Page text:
The distinction between Burkitt and Burkitt-like lymphoma/leukemia is controversial. Burkitt lymphoma consists of uniform, small, noncleaved cells, whereas Burkitt-like lymphoma is a highly disputed diagnosis among pathologists because of features that are consistent with DLBCL. Cytogenetic evidence of c-myc rearrangement is the gold standard for diagnosis of Burkitt lymphoma. For cases in which cytogenetic analysis is not available, the WHO has recommended that the Burkitt-like diagnosis be reserved for lymphoma resembling Burkitt lymphoma or with more pleomorphism, large cells, and a proliferation fraction (i.e., Ki-67[+] of ?99%). Studies have demonstrated that the vast majority of Burkitt-like or "atypical Burkitt" lymphomas have a gene expression signature similar to Burkitt lymphoma. Additionally, as many as 30% of pediatric DLBCL cases will have a gene signature similar to Burkitt lymphoma.[13,14] Despite the histologic differences, Burkitt and Burkitt-like lymphoma/leukemia are clinically very aggressive and are treated with very aggressive regimens.[15,16,17,18]
Diffuse large B-cell lymphoma
DLBCL is a mature B-cell neoplasm that represents 10% to 20% of pediatric NHL.[2,3,19] DLBCL occurs more frequently during the second decade of life than during the first decade.[2,20,21] The WHO classification system does not recommend morphologic subclassification based on morphologic variants (e.g., immunoblastic, centroblastic) of DLBCL. Pediatric DLBCL may present clinically similar to Burkitt or Burkitt-like lymphoma, though it is more often localized and less often involves the bone marrow or CNS.[19,20,23]
With the exception of primary mediastinal B-cell lymphoma, DLBCL in children and adolescents differs biologically from DLBCL in adults. The vast majority of pediatric DLBCL cases have a germinal center B-cell phenotype, as assessed by immunohistochemical analysis of selected proteins found in normal germinal center B cells.[21,24,25] Unlike adult DLBCL of the germinal center B-cell type, in which the t(14;18) translocation involving the immunoglobulin heavy-chain gene and the BCL2 gene is commonly observed, pediatric DLBCL rarely demonstrates the t(14;18) translocation. As many as 30% of patients younger than 14 years with DLBCL will have a gene signature similar to Burkitt lymphoma. Outcomes for children with DLBCL are more favorable than those observed in adults, with overall 5-year event-free survival rates of approximately 90% in children.[16,17,18] Outcome appears to be lower for pediatric patients with DLBCL who have chromosomal rearrangement at MYC (8q24).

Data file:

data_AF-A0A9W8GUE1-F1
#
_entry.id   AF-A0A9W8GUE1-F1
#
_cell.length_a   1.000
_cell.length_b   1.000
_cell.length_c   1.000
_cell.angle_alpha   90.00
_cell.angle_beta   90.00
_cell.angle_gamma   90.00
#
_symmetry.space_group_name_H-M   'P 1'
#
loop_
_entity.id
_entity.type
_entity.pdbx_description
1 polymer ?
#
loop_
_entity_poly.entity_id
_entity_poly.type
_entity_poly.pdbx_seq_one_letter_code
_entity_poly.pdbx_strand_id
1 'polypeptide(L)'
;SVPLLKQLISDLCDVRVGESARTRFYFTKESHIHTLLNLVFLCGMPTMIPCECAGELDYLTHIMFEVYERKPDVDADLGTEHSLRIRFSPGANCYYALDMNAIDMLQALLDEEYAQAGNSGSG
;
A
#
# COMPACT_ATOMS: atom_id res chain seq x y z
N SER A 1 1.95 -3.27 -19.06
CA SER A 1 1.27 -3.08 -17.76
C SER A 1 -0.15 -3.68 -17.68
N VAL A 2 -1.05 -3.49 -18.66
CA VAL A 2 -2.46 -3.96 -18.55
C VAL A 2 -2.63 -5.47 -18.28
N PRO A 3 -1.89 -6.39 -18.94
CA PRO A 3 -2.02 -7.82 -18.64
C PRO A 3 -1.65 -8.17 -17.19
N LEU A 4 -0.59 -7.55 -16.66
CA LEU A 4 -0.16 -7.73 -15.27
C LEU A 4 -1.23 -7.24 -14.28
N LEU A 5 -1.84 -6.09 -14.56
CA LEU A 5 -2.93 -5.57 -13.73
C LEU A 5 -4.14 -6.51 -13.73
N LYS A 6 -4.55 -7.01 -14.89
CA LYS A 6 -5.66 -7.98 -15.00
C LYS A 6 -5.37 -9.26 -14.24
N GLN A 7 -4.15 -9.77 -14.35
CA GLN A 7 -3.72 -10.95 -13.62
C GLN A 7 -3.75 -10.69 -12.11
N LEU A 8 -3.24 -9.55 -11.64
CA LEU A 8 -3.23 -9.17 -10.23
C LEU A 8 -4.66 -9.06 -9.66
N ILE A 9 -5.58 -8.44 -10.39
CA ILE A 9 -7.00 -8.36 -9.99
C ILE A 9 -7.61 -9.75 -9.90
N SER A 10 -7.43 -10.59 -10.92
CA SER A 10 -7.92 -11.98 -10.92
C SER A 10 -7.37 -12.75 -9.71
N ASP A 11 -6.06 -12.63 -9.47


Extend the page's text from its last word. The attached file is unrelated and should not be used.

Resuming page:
About 20% of pediatric DLBCL presents as primary mediastinal disease (primary mediastinal B-cell lymphoma [PMBCL]). This presentation is more common in older children and adolescents and is associated with an inferior outcome compared with other pediatric DLBCL.[16,17,20,26,27] PMBCL is associated with distinctive chromosomal aberrations (gains in chromosome 9p and 2p in regions that involve JAK2 and c-rel, respectively)  and commonly shows inactivation of SOCS1 by either mutation or gene deletion.[28,29] PMBCL also has a distinctive gene expression profile in comparison with other DLBCL, suggesting a close relationship of PMBCL with Hodgkin lymphoma.[30,31]